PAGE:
Trading strategies for banking and NBFC stocks

Last Updated: Tue, Oct 30, 2012 20:02 hrs

The market reacted more than expected to the latest Credit Policy, which was disappointing but on expected lines. The Bank Nifty has broken down below key support. The financial index is likely to go lower. If it drops below 11,000, a reaction till 10,500 level is possible during November.

A bounceback would hit resistance at 11,300 and if that is beaten, it will hit another resistance at 11,450. The Bank Nifty futures is at 75 points or so premium to the underlying and a drop in cost of carry with the futures aligning closer to the underlying index is likely. A short Bank Nifty position with a stop loss at 11,450 (futures price) may be lucrative.

A look at specific banking stocks suggests that the brunt of pressure will be on PSU banks. Technically the pricelines of SBI, PNB, Bank of Baroda and Union Bank look weaker than private sector banks like Yes Bank, Axis Bank and HDFC Bank although every banking stock seems bearish.

Fundamentally, PSUs have more stressed balance sheets. The Q2 performance of SBI may be crucial to the trend. If the SBI results are par or below-par, the bearish pressure will intensify.

Another set of shorting possibilities exist in NBFCs. Most stocks in this space look tempting shorts with the exceptions of IDFC, HDFC, and perhaps, SRF Transport. The infra-specific PFC and REC have seen reactions and so have LIC Housing and Reliance Capital.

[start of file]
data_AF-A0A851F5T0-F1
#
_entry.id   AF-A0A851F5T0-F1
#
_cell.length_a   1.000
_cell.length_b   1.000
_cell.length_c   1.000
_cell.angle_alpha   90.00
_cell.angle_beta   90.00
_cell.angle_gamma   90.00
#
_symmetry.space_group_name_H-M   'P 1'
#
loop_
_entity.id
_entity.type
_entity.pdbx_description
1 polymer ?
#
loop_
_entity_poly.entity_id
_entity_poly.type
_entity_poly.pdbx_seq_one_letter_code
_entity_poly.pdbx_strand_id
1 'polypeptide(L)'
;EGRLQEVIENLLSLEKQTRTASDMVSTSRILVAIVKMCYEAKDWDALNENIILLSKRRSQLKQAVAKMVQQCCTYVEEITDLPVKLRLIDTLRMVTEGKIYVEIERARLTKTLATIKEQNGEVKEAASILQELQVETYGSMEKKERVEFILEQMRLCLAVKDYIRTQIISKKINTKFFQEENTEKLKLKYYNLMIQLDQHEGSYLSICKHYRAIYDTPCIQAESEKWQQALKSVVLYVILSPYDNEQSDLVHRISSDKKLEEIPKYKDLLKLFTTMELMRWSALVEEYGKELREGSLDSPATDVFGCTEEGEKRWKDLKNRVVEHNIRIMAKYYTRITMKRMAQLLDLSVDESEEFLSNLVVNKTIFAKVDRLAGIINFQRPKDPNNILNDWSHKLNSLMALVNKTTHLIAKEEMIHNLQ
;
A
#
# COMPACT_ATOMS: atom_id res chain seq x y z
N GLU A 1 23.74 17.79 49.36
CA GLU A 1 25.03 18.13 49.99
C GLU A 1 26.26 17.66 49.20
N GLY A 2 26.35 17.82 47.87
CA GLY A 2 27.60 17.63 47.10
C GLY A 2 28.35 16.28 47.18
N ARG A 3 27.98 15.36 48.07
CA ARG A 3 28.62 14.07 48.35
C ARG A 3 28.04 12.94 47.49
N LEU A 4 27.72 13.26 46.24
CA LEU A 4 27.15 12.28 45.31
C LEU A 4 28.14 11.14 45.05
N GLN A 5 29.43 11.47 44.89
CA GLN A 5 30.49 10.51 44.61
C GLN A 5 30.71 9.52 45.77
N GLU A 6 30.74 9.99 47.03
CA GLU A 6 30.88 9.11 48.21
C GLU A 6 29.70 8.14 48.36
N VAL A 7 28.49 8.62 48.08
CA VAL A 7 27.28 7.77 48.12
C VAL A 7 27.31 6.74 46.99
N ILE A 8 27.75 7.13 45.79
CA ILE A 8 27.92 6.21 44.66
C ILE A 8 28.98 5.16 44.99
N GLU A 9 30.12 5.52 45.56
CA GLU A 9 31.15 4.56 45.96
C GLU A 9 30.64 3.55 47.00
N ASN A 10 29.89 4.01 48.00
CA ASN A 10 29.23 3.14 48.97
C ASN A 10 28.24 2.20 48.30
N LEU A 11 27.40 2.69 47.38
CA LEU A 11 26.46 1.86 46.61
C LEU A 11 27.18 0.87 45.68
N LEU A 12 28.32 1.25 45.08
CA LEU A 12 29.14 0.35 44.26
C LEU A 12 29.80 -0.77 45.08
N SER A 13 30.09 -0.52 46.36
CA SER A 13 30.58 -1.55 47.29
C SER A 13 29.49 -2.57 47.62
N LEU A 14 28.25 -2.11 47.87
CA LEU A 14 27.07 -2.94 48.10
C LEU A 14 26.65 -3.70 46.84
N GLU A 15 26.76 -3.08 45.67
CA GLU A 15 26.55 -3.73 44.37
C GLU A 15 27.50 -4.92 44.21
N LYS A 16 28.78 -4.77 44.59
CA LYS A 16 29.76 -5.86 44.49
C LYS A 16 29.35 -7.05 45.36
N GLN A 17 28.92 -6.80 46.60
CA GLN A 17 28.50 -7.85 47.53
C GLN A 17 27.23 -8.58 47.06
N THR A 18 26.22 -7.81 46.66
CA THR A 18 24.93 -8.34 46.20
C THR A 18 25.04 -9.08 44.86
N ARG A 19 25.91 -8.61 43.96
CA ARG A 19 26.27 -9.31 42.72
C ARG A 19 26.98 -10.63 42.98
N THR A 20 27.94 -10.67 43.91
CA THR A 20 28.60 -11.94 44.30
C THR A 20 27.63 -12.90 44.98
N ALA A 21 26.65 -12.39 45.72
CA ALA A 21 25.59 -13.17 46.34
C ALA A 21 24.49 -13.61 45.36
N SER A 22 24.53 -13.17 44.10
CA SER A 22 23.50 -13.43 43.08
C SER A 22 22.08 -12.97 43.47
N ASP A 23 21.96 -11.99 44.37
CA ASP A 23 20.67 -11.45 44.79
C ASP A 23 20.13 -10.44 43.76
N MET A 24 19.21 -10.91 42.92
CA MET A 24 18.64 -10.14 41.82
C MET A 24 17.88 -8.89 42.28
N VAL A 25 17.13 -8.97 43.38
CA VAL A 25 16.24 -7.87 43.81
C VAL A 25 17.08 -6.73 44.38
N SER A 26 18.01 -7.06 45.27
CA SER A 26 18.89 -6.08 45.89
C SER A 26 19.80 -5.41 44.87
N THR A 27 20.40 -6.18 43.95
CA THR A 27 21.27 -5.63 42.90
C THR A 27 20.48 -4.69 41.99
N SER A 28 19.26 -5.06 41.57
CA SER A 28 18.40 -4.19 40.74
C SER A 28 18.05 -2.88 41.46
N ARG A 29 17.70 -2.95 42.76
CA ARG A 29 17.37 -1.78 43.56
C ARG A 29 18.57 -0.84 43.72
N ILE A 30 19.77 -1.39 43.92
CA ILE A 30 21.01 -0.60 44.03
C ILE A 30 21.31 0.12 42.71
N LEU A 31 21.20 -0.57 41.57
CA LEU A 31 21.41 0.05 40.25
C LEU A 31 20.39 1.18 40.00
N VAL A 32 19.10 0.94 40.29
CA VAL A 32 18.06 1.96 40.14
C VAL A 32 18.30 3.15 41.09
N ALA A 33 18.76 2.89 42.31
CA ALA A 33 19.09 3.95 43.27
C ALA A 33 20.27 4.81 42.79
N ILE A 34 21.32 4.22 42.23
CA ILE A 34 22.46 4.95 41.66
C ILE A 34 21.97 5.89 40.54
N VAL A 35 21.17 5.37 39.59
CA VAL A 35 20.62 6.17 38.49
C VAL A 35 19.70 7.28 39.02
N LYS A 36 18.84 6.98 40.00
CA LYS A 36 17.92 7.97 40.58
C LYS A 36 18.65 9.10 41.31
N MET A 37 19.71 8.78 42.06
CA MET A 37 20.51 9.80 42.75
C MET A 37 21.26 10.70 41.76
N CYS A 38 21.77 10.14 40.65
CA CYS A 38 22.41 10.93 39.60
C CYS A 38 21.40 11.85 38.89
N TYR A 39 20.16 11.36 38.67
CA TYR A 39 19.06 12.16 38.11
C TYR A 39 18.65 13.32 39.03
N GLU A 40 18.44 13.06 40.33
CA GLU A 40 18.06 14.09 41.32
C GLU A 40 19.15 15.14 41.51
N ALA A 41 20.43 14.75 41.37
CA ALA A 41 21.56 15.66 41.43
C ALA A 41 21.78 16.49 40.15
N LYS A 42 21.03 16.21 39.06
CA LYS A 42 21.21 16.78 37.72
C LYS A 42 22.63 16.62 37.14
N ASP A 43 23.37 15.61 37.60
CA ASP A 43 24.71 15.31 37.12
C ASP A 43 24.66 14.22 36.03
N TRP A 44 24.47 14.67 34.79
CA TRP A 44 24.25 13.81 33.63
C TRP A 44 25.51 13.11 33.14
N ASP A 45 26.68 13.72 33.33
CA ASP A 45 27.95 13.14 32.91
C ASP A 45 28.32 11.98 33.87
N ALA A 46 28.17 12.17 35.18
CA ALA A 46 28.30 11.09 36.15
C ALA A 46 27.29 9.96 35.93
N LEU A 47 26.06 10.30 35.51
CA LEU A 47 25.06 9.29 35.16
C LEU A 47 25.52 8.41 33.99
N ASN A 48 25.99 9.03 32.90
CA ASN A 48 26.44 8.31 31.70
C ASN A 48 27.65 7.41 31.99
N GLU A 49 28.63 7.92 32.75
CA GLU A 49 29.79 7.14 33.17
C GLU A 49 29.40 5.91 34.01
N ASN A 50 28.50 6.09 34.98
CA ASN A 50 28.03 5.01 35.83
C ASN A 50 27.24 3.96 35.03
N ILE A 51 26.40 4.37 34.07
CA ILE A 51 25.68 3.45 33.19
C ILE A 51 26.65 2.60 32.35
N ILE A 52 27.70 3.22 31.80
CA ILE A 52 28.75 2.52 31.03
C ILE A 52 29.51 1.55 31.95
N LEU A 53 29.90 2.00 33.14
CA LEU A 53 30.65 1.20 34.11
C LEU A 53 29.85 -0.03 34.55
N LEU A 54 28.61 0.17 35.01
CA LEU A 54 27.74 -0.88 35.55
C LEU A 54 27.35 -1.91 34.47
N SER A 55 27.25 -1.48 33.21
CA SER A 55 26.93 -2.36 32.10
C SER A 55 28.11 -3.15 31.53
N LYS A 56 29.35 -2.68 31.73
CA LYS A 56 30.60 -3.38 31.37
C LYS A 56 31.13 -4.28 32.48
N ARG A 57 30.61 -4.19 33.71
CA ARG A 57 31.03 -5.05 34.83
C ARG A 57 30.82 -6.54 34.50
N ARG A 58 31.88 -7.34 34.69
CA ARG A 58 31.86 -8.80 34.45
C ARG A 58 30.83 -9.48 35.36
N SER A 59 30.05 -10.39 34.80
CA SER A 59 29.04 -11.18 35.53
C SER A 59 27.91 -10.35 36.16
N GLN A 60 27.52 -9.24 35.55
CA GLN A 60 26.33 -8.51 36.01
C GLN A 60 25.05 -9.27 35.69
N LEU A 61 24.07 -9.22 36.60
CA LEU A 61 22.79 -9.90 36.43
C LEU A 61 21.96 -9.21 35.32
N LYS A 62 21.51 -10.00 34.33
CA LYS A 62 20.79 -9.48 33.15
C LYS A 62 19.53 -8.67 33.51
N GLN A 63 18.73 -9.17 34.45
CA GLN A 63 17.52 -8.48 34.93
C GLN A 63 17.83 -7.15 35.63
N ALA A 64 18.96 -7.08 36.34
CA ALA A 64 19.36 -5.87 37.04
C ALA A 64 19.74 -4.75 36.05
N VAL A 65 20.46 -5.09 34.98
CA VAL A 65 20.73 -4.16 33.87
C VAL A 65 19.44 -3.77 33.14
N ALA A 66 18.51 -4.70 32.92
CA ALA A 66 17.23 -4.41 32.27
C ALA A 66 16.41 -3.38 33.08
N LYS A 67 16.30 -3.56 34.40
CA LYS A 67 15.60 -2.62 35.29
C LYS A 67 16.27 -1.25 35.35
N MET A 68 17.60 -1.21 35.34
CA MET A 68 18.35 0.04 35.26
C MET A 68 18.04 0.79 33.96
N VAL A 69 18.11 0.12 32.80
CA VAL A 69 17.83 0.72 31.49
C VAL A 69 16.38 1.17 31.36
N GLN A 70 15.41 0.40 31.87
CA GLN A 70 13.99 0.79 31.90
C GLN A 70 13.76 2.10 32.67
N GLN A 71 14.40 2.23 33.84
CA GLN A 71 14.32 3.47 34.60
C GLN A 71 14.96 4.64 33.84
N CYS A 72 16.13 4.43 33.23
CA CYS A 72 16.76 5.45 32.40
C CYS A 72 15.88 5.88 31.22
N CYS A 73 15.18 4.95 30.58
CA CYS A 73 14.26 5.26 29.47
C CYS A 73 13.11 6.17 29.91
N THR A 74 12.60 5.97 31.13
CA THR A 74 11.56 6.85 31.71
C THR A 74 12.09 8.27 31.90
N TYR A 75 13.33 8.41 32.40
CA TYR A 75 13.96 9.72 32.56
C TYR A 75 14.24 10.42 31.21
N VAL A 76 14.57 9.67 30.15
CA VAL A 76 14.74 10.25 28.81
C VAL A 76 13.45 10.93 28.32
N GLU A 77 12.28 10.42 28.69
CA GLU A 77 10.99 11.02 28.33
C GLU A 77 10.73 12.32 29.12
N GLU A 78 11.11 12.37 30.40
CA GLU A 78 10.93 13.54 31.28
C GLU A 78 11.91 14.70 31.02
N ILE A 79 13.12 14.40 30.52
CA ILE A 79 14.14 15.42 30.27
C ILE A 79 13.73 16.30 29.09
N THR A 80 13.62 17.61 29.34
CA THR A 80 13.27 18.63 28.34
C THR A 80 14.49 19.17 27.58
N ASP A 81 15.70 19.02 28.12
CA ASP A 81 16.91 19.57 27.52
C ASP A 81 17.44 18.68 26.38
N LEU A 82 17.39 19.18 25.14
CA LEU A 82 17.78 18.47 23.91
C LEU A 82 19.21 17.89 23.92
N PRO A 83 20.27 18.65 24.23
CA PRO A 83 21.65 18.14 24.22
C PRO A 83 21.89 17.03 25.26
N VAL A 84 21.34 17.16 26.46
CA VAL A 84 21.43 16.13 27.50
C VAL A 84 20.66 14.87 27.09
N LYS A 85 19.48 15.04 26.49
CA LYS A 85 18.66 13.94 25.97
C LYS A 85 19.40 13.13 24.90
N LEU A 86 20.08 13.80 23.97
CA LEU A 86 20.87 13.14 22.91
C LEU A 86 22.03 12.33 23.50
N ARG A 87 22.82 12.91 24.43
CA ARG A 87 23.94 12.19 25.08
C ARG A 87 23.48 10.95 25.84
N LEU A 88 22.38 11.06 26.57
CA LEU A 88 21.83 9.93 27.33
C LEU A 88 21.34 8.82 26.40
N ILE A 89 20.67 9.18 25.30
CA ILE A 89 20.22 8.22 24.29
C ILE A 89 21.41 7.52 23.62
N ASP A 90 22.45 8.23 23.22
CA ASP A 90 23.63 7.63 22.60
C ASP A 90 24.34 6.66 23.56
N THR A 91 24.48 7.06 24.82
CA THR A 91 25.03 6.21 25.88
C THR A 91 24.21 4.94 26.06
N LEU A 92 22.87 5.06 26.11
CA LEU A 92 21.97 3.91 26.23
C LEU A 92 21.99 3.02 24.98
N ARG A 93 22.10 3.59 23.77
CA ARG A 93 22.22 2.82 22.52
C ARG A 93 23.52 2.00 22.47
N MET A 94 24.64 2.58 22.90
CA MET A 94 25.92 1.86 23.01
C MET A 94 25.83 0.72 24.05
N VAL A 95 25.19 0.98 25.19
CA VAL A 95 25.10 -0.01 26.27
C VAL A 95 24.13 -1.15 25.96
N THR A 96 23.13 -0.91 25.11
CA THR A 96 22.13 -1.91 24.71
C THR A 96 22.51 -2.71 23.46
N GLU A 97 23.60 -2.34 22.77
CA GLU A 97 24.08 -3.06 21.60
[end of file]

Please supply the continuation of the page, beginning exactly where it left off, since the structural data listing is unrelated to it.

The price lines all look as though there’s been a trend breakdown and to get full value, shorts would have to be held for three-five sessions or longer. Over this timeframe, the shorts would have to be taken in futures. Leverage and stop losses are important.

One way to judge the most attractive short futures is to filter through successive sets of daily moving averages (DMA) set at say, three days, five days and 10 days. If the futures have a sell signal on all three DMAs, it is a stronger downtrend than if there’s a sell signal on just one DMA or two DMAs.

In trend-following shorts, there are many ways to determine stop losses. One is to use moving averages for the stop loss as well – a one per cent move above a given DMA could be a sell signal. This stop loss will automatically change with the price.

Another way is to set stop losses slightly above respective closing prices of Tuesday. An upmove on short-covering should end at those levels. These are rigid stops – they will need to be shifted down if positions run into profits. Another approach is to set stop losses at the seven-session or 10-session highs. These stops will also change over time if the stocks slide.

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